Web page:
Menominee sugar girl

Added: Kuuipo Rowe - Date: 08.10.2021 05:11 - Views: 28669 - Clicks: 5731

There once was an old woman called Nokomis Grandmother who had an unmarried daughter. The daughter gave birth to twin boys and during the birth, one of the boys died and so did the mother. Nokomis wrapped the surviving boy in soft grass and laid him on the ground at one side of her wigwam and placed a wooden bowl over him to protect him. She buried her daughter and the other grandchild a ways from her wigwam.

She mourned them for four days and at the end of that she heard a small sound in the wigwam, and it was coming from underneath the wooden bowl. The bowl moved, and suddenly she remembered her little grandchild, whom she had forgotten in her mourning. Lifting up the bowl, she saw a little white rabbit with quivering ears, and she picked it up, saying "Oh!

My dear rabbit, my Manabush. One day, the rabbit sat up and hopped slowly across the wigwam, causing the earth to tremble. The spirits underneath said to one another, "What was that? A great spirit has been born somewhere. As Manabush grew up to be a young man, he thought about how he could prepare himself to assist his uncles, the people.

He said to Nokomis, "Grandmother, make me two sticks, so that I can sing. He began to sing, calling his uncles together, and told them that he would give them the Medicine Lodge and the Medicine Dance so they could cure diseases. He saw that they were hungry, so he gave them plants for food. He also gave them medicine bags made from the skins of mink, weasel, rattlesnakes, and the panther. Into each of these bags, he put samples of all the medicines, and taught the people how to use them.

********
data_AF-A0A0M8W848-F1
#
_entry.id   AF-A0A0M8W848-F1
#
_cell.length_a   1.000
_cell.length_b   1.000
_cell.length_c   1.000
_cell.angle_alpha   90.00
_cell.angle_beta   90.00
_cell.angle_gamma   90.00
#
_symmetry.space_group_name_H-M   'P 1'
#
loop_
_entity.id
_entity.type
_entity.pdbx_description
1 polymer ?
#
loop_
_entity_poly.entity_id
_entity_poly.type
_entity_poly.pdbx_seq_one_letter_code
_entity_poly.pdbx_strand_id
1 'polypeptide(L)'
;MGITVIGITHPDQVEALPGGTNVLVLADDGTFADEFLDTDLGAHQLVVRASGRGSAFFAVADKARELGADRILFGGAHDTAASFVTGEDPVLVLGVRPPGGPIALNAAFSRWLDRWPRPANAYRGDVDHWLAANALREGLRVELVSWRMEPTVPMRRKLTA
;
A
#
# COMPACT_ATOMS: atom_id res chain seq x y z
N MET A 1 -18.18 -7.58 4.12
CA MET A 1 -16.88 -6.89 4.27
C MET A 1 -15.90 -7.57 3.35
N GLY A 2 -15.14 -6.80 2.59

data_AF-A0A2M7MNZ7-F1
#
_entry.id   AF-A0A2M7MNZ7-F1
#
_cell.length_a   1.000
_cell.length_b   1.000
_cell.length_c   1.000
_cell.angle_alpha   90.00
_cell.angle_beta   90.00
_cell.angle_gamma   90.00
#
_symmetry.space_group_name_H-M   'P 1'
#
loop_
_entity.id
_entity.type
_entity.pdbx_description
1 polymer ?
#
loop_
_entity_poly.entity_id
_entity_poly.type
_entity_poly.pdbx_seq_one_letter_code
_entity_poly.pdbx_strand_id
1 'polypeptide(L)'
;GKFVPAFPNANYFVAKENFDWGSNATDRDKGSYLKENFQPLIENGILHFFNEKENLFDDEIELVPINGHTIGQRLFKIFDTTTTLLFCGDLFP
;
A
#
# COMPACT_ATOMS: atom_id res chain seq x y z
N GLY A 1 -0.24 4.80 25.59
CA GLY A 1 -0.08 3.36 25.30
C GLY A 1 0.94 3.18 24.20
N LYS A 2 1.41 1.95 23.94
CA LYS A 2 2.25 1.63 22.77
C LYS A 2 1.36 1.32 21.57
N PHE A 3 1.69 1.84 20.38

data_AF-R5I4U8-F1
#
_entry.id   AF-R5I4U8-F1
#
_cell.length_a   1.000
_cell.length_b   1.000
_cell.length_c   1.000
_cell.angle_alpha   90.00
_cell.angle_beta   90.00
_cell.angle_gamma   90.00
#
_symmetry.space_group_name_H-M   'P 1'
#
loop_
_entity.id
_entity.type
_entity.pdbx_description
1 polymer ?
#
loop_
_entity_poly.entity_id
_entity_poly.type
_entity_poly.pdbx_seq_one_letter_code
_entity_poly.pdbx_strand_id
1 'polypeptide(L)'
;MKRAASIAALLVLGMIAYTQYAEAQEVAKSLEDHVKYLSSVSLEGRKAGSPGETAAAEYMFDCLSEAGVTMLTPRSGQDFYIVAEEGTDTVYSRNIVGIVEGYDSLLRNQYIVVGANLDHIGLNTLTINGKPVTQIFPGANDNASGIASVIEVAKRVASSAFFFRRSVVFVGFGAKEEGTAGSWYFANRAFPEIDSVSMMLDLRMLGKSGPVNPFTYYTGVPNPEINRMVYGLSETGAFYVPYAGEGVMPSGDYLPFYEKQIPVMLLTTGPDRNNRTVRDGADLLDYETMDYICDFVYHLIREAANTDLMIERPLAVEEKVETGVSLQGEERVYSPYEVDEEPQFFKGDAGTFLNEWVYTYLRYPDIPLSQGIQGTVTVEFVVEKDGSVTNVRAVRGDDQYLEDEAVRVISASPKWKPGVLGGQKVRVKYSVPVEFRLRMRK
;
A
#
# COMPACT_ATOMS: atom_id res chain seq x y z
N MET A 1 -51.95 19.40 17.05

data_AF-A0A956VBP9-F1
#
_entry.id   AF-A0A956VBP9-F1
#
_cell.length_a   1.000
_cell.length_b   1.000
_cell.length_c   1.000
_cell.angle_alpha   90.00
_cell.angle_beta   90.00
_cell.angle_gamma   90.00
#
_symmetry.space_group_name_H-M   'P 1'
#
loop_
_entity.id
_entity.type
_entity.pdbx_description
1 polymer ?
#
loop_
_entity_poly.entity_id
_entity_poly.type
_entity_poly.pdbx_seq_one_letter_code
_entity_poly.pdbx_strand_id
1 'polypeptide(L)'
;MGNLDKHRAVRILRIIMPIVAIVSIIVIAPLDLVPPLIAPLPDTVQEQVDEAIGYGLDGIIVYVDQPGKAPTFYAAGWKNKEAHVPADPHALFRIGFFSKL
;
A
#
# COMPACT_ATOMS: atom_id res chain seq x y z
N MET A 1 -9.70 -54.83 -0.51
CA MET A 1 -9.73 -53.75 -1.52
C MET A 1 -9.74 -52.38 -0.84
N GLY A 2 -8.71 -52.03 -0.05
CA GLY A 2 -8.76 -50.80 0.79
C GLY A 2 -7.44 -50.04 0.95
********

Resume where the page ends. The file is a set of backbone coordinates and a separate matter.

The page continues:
Manabush lived for many years after this and taught the Menominee many useful things. Adapted from W. When Manabush had Menominee sugar girl the works which the Great Spirit had sent him to do, he moved far away and built his wigwam on the northeast shore of a large lake. Since he was alone, the spirits wanted to give him a companion in the form of his twin brother. The spirits brought his brother to life. Manabush's brother looked like a human being, but could Menominee sugar girl assume the shape of a Wolf, which he used when he hunted.

Since Manabush had always been aware of the jealousy of the evil spirits from under the earth and the water, he warned his brother the Wolf never to return come home across the lake but rather to always go around it by shore. One day, after the Wolf had been hunting all day, he found himself directly across the lake from his wigwam, and so he decided to cross directly over the frozen lake. When he was partly across the lake, the ice broke and he fell through. He was seized by the bad underwater spirits and destroyed.

Manabush immediately knew what had happened to his brother, and he mourned his brother for four days. Every time Manabush sighed, it made the earth tremble, forming the hills and valleys. The spirit of his brother the Wolf appeared before Manabush, and Manabush realized that his brother would not return to him.

He told the wolf's spirit to go to the west to become the chief of all the departed spirits.

Menominee sugar girl

Sadly, Manabush gave up his home by the lake and hid himself inside a large rock near Mackinaw. For many years, the people would visit Manabush there and hold the Medicine Dance which he had taught them. And when Manabush wanted to interact with the people but did not want to show himself in human form, he appeared to them in the shape of a little white rabbit with trembling ears, just as he had appeared to Nokomis when he was a baby. When Manabush was still young, he once said to his grandmother Nokomis, "Grandmother, we have no fire and it is cold in here.